Animation is the second obvious choice.  They don't come along easily, and finding a truly good animator is even more difficult.  Oh, sure, companies are trying more and more nowadays to bypass the necessity of good animation.  Just a cursory glance at 'Problem Solverz' shows cartoons trying oh so cutely to overcome its importance.  But the truth is, animators can get jobs way beyond their own field, and get hired to work for science and architecture.

Go back to the first point.  Do not shirk your high school education.  With that animation degree, you will need to know the content you're animating.  Want to make a simulated visual aid for a chemistry project to win a multi-million dollar grant?  Bet you wish you paid more attention in chemistry class.  How about a projected step by step construction process for that billion dollar high rise?  Sure would've helped to take math more seriously.

Artists always need a fall-back skill, too.  Math is mine.  I was always good at math naturally, but didn't do well in school because I kept pulling the relevancy card on my own parents.  Who needs stupid trigonometry?  What kind of idiot goes around measuring shadows at flagpoles?  Sheesh!

Fast forward five years, and I'm in a Flash class, working on a game where a cannon shoots a ball towards the cursor.

'How do I make it follow the mouse, then shoot when I click?'
'Follow the mouse?' my teacher looks over my shoulder.  'Oh, you need a Math, Tangent operator in the code.'
'Tangent?  Wait, as in-'
'Yeah, trigonometry.'
'Umm...' My face sinks to a scowl.  'Oookay, so, tangent.  That for, err...'
'You do know trigonometry, right?'
'Uhh...I, umm.'  I look down in shame.  'Damn.'
'Relevancy card, huh.'  The teacher smacks the back of my head.  'Shoulda kept it in the deck there, skippy.'

There are several other great majors that focus in art that open many doors in the professional world.  Website design.  Advertising design.  Even video game art and design.  Believe it, video game majors can easily get jobs outside of the game industry, as the industry itself is one of the most fast-paced quality demanding fields out there.  After developing the skills necessary to work on video games, they are easily qualified to apply their skills in countless fields.

For example, in El Segundo, Maba Media is a company created by former game design graduates who make simulated car crashes in 3d software for court cases.  Zoic Studios in Marina Del Rey, who does the CGI sequences for CSI: Miami and American advertisements for luxury cars, hires visual effects artists from Electronic Arts.

Almost all art related majors overlap in several ways, and are interchangeable between multiple industries.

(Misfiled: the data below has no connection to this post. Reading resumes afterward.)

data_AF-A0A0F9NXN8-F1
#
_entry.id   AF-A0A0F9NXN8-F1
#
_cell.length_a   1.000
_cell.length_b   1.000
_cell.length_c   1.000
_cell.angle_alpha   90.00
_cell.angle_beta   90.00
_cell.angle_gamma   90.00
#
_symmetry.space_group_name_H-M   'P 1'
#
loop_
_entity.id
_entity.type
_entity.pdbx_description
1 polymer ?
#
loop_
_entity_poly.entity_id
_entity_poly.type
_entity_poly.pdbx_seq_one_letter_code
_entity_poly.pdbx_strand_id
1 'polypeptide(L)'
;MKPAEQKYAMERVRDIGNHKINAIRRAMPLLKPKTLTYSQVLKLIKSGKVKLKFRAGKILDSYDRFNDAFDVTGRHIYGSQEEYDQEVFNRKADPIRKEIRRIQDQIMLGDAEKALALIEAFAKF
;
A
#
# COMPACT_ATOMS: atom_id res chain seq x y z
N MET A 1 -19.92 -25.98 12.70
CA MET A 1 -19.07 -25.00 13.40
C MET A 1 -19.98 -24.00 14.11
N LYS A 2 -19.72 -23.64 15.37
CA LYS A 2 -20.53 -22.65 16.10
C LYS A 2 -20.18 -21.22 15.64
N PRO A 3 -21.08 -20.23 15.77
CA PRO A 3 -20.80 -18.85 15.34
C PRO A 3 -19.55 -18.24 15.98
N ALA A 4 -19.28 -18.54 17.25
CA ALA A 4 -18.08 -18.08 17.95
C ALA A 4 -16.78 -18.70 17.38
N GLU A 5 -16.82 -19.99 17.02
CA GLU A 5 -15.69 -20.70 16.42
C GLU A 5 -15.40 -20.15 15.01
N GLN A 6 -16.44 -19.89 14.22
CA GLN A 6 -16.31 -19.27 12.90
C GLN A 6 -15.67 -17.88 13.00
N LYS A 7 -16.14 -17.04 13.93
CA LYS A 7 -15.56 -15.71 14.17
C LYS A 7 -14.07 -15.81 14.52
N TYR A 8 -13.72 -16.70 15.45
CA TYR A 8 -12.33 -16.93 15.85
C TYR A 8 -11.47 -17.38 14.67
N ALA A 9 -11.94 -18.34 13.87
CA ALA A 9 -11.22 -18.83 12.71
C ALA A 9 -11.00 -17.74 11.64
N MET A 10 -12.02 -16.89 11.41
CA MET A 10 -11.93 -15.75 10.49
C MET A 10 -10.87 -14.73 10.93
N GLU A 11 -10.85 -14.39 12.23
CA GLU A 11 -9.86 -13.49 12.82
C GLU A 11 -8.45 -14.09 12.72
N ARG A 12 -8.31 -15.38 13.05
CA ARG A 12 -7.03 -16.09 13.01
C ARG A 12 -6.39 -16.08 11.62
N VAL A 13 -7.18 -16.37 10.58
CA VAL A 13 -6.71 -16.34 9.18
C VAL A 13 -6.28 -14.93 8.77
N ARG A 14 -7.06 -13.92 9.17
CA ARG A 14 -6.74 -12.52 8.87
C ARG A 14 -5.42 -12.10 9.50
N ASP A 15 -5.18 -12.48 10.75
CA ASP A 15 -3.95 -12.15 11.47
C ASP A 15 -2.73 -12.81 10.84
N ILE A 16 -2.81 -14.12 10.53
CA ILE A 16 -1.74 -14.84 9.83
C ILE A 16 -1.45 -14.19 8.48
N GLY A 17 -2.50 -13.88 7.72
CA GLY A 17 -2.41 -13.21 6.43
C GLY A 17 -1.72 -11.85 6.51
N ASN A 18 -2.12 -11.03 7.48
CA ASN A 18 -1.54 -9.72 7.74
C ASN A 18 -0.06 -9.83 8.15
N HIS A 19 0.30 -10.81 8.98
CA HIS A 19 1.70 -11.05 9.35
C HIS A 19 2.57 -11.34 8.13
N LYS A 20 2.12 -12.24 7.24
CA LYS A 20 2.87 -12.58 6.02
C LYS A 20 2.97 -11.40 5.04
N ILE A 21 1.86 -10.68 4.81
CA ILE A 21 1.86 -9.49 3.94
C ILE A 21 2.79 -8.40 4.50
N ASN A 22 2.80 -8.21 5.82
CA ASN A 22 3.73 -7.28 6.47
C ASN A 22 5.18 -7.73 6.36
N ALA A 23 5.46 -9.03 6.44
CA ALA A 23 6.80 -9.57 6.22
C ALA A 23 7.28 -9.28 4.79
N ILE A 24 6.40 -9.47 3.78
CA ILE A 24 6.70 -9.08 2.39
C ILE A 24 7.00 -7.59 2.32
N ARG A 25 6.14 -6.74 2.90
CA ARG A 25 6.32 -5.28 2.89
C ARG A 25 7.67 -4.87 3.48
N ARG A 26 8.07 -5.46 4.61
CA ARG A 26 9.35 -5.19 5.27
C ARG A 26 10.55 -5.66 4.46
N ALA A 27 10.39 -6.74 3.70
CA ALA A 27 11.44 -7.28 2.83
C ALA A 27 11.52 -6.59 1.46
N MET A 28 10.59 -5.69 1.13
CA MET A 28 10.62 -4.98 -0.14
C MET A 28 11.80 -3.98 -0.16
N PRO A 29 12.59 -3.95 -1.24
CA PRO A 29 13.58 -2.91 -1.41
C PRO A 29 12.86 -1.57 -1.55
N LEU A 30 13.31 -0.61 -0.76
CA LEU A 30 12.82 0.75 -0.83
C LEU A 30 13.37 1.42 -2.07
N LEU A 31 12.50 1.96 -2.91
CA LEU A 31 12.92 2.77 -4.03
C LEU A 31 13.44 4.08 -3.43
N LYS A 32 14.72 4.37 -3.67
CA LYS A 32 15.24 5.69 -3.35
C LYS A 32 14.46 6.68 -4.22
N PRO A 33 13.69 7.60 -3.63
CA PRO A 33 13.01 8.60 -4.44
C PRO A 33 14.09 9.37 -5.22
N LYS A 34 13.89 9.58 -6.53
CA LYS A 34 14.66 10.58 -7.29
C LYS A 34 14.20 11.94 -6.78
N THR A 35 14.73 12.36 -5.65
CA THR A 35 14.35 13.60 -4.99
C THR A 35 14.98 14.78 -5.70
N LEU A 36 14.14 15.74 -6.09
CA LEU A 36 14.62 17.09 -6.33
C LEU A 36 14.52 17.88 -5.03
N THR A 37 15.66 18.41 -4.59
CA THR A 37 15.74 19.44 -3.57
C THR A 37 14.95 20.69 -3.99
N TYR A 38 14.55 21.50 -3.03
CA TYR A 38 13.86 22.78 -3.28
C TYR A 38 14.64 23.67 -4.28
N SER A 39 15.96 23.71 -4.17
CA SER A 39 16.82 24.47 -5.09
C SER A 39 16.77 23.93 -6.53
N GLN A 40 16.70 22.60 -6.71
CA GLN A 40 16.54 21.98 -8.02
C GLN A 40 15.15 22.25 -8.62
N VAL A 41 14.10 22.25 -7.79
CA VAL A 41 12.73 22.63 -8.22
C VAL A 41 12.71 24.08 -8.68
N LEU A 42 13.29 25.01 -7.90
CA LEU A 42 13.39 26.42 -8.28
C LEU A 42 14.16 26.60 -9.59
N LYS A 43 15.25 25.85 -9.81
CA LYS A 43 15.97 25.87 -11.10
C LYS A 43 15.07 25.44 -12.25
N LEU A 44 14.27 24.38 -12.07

In summary...




Art school is, in many ways, a lot more difficult than a regular university.  While the work there may not be as tedious as solving parabolas or measuring the atomic weights of molecules, the time and energy required can sum up to a much greater quantity than its academic counterparts.  Many things can go wrong with art, too.  Paint can run.  Markers smudge.  Renders can cancel, files corrupt, animation rigs break, textures reset, and sculptures drop.  The stress art students go through is insurmountable in comparison.

Regular students just have to worry their thesis is spelled correctly, their numbers are aligned, their handwriting is legible, they go into the class properly studied and knowing the course material enough to survive the midterm test.

Art students?  We have to make sure we don't leave our drawings in the sun.  We can't put too much water on paints, or too little.  Every speed bump in the campus garage is a traumatizing endeavor of crippling worry as we pray to God, Odin, Jupiter, Zeus, and Patrick Swayzee that our external hard drive doesn't chip with each thud against pavement.  On top of knowing the course material and doing all the homework, the commute to campus is as psychologically draining as awaiting the results of a pregnancy test.

It's easy to get in to art school, I'll give that.  Yet they don't make it easy to stay.  It's like a frying pan, any dope can place their palm flat against its hot surface.  However, it takes a special breed of calloused masochist to not pull away.  In my class, I'm amongst the 2% of psychotic socially inept drones who managed to get through.  And it was all because of a strong work ethic I only wish I had in high school.  It was because of a solid staff of teachers who had faith in me.  And above all else, it was because my dad cracked the whip, kept my ass in gear, and never once cashed in my relevancy card.  I was a perfect candidate for just another case of year-one dropouts going in, but drastically adapted into a completely new animal that actually clenched that diploma without the luxury of a home stretch.